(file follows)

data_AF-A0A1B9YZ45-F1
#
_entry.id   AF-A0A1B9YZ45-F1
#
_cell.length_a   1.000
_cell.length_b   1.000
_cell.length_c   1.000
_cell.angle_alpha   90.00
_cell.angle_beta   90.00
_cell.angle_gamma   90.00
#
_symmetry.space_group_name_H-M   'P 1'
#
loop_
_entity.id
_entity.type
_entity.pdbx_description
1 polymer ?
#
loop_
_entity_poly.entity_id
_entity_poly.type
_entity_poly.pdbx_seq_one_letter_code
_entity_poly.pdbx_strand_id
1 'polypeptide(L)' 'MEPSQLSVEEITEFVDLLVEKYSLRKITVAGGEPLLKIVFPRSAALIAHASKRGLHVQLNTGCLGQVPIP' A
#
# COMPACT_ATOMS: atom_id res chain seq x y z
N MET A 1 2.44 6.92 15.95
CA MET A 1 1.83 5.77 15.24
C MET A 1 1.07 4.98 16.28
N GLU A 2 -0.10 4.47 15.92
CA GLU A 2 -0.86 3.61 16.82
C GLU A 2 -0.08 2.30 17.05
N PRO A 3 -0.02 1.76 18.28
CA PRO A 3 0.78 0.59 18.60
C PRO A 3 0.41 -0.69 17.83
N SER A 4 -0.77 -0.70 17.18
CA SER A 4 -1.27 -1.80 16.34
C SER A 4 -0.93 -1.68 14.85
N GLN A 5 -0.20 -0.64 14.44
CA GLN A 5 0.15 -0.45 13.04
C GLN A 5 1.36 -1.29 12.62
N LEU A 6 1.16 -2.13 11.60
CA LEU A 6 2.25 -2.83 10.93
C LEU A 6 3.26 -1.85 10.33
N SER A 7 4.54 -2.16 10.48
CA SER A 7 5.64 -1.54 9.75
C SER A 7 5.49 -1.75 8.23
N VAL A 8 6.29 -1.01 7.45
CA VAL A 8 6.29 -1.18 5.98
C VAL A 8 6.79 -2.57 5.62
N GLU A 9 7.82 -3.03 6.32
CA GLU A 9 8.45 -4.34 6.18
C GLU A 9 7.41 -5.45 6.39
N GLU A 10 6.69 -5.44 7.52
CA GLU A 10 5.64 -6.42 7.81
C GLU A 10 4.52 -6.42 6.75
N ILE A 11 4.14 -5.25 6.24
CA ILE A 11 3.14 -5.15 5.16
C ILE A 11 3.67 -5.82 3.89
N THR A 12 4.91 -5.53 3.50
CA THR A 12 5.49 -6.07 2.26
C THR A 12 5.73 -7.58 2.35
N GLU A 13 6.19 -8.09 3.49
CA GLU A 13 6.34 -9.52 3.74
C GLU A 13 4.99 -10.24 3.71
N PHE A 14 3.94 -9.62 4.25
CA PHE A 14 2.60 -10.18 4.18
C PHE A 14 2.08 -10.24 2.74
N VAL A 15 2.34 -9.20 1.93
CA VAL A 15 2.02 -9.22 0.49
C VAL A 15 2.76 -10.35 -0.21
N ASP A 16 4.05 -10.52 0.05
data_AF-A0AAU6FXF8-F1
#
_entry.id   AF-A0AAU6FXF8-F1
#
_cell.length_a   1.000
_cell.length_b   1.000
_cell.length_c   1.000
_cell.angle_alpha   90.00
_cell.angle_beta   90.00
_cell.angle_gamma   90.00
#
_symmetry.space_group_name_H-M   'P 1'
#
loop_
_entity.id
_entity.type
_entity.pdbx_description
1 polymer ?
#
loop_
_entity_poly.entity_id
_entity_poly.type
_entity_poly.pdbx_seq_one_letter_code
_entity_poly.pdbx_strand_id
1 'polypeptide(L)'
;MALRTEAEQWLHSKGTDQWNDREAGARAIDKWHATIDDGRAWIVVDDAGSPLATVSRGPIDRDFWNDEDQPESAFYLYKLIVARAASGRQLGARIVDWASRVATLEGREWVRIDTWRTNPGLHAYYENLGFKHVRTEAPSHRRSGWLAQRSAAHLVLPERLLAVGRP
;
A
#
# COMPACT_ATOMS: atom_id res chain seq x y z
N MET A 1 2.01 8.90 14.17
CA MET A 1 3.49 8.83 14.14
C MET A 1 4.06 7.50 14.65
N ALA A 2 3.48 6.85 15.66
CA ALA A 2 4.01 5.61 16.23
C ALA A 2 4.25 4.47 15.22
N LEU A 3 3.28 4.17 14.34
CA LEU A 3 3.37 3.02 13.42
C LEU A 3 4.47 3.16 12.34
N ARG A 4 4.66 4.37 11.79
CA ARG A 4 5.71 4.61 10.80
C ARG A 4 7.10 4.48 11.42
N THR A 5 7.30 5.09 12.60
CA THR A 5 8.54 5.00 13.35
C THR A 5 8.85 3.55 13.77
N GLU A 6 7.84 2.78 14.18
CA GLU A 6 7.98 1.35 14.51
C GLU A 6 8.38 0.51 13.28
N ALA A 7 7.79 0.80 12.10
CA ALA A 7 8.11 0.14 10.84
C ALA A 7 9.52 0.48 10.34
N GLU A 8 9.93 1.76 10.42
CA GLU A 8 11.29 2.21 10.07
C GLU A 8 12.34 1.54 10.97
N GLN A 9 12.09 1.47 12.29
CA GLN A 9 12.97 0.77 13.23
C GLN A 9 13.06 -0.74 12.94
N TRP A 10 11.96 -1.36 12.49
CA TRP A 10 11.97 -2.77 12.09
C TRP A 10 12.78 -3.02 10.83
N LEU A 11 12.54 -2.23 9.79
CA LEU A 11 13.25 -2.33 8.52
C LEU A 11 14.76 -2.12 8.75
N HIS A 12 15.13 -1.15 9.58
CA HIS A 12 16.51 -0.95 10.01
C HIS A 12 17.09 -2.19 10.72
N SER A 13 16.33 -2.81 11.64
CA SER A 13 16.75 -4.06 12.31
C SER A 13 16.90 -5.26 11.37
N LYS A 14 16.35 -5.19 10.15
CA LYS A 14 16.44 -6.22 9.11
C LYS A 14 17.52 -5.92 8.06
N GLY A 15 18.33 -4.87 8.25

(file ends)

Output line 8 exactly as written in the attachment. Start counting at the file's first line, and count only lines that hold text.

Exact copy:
_cell.angle_alpha   90.00